Data is the strangest dude in this wave. Shown below are two variations: one with tan skin and green flecks, and one with cream skin and gray flecks. I'm not sure what the story was behind the tan-skinned Data. Maybe the coloration is based on concept art instead of production stills. I initially thought that the flecks were some sort of production error or degradation of the plastic, but nope... the pattern looks like it was intentional. Which means that somebody along the line thought that a flecked-face works well for Data. Weird. The cream-skinned figure looks okay even with the gray flecks, but I'm confused as to why the flecks are there in the first place. (It turns out there were two additional variations: flesh and blue colored faces.)

One other thing: check out Data's bio on the back of his card. "Origin: Android fabricated by unknown aliens." Maybe this bio was written before the episode "Datalore" in which we learn of Data's origin.

Interestingly enough, the figure holds his Phaser in his left hand, which seems to be the hand that Data favored in the TV series. Score one for screen-accuracy.

Lieutenant Geordi La Forge

Like Data, Geordi holds his Phaser in his left hand. Unlike Data, Geordi actually was not left-handed, as explained in the episode "Ship in a Bottle". Oh well... at least it makes the figures seem less uniform.

Geordi's bio totally underestimates the power of his VISOR. It not only helps Geordi see, it can also be hooked up to a Tricorder to solve pretty much any problem the Enterprise might encounter.

Lieutenant Tasha Yar

It would have been cool if Tasha had the blotch on her cheek from the episode "Skin of Evil", although I'm sure that when these figures were released, Galoob couldn't have possibly known that Denise Crosby didn't want to come back for another season and that her character was destined to be killed off.

Lieutenant Worf

Worf is the only figure from this group with iffy proportions. Not only is he abstractly beefy, but also his head is too small for that beefy bod. Still, it's the only reasonably accurate figure of Worf from the first season. (The Playmates Season 1 Worf had many inaccuracies due to its reuse of parts from a Season 4 figure.) Like Geordi, Worf is misrepresented as being left-handed.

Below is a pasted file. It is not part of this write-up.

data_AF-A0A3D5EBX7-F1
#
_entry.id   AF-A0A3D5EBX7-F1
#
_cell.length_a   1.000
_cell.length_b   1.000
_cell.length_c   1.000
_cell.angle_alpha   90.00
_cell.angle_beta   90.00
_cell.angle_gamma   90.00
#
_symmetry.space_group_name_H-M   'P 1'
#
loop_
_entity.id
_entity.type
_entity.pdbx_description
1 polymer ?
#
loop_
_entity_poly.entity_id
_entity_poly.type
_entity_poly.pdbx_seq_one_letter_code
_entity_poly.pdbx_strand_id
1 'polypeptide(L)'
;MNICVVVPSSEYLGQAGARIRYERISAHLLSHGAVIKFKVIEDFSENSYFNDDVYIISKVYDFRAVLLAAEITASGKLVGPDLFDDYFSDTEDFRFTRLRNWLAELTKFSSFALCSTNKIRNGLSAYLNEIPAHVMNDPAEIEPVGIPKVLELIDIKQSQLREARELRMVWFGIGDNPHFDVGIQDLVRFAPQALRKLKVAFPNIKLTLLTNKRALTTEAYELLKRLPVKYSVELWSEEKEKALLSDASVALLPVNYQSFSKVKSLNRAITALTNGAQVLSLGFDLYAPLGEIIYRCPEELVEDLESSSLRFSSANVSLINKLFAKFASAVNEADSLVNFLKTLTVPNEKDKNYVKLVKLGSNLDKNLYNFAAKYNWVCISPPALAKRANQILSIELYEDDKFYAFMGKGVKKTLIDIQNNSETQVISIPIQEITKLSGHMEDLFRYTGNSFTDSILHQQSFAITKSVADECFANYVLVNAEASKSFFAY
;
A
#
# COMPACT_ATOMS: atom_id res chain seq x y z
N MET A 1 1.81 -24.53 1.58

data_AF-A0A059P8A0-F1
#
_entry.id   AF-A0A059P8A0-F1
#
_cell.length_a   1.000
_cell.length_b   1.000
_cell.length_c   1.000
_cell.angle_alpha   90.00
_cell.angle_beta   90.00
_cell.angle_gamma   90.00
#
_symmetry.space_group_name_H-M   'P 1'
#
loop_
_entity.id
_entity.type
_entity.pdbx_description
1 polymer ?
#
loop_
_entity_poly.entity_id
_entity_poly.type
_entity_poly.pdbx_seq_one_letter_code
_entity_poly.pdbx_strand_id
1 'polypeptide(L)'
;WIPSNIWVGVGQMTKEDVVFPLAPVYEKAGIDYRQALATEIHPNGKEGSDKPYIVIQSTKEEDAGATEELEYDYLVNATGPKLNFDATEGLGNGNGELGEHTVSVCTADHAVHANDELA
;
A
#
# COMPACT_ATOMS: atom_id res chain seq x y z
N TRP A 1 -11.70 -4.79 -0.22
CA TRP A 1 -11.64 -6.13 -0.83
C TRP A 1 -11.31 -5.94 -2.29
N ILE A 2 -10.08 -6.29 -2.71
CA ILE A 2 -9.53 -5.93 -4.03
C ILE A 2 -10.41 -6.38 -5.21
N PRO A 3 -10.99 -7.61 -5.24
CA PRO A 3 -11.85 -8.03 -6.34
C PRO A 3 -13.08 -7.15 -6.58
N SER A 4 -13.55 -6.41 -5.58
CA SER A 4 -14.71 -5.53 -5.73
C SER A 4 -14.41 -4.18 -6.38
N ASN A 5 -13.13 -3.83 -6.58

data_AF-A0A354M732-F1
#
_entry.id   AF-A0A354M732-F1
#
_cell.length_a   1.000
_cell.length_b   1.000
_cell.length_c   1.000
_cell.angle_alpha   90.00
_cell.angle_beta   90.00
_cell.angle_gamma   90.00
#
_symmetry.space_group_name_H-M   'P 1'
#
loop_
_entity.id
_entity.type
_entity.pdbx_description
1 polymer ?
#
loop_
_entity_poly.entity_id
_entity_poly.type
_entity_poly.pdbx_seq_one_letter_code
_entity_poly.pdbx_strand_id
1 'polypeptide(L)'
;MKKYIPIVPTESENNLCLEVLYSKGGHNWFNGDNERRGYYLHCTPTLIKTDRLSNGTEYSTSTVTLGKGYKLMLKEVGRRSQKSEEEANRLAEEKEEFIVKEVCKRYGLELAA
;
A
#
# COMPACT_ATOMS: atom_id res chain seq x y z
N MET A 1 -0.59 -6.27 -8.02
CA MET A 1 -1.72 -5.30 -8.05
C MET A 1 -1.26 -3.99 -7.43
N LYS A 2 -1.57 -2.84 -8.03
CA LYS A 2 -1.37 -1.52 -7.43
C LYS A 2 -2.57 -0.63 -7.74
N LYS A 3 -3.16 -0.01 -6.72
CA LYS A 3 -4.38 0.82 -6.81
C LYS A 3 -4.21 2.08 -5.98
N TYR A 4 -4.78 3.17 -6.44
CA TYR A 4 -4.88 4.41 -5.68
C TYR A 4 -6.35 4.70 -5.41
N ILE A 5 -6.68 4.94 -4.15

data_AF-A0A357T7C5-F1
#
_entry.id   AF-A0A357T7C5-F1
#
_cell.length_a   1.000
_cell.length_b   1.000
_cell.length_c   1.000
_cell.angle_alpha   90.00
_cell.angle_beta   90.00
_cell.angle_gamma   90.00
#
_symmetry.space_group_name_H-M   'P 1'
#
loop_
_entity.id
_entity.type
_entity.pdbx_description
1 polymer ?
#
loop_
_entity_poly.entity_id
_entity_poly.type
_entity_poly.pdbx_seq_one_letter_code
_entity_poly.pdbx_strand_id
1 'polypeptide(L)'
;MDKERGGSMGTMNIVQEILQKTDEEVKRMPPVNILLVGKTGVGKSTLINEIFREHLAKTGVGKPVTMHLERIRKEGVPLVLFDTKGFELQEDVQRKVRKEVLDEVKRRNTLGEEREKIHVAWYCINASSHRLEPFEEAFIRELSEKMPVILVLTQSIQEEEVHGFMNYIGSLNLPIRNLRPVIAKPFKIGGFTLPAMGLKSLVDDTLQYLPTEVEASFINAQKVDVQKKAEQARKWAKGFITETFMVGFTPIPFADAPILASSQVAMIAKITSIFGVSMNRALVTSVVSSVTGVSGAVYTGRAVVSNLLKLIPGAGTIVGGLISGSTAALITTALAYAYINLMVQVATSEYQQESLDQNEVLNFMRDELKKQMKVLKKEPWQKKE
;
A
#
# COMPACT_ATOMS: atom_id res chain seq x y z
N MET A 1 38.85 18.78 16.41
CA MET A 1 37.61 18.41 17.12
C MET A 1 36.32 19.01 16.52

All Good Things

Tragically, the Galoob TNG line lasted only one or two waves before it was cancelled. Why it was so short-lived, while the Playmates line exploded just a few years later, is anyone's guess. It could be that TNG wasn't as popular during the first season of the show when the Galoob line was released. Playmates, by contrast, released its TNG figures during the 5th season when the show was nailing record ratings (The Star Trek: The Next Generation Companion, pg. 173). It could also be that the cartoony character of the Playmates figures resonated with the fans, while Galoob's realism fell flat. Regardless, like the Playmates Toys figures, this Galoob ST:TNG line is a pretty interesting oddity in its own right and certainly worthy of display in a Trekkie's collection.

DISCLAIMER: All items reviewed on Dork Dimension were purchased by the reviewer unless otherwise noted. The opinions expressed on Dork Dimension are solely those of the author and are presented for entertainment purposes only.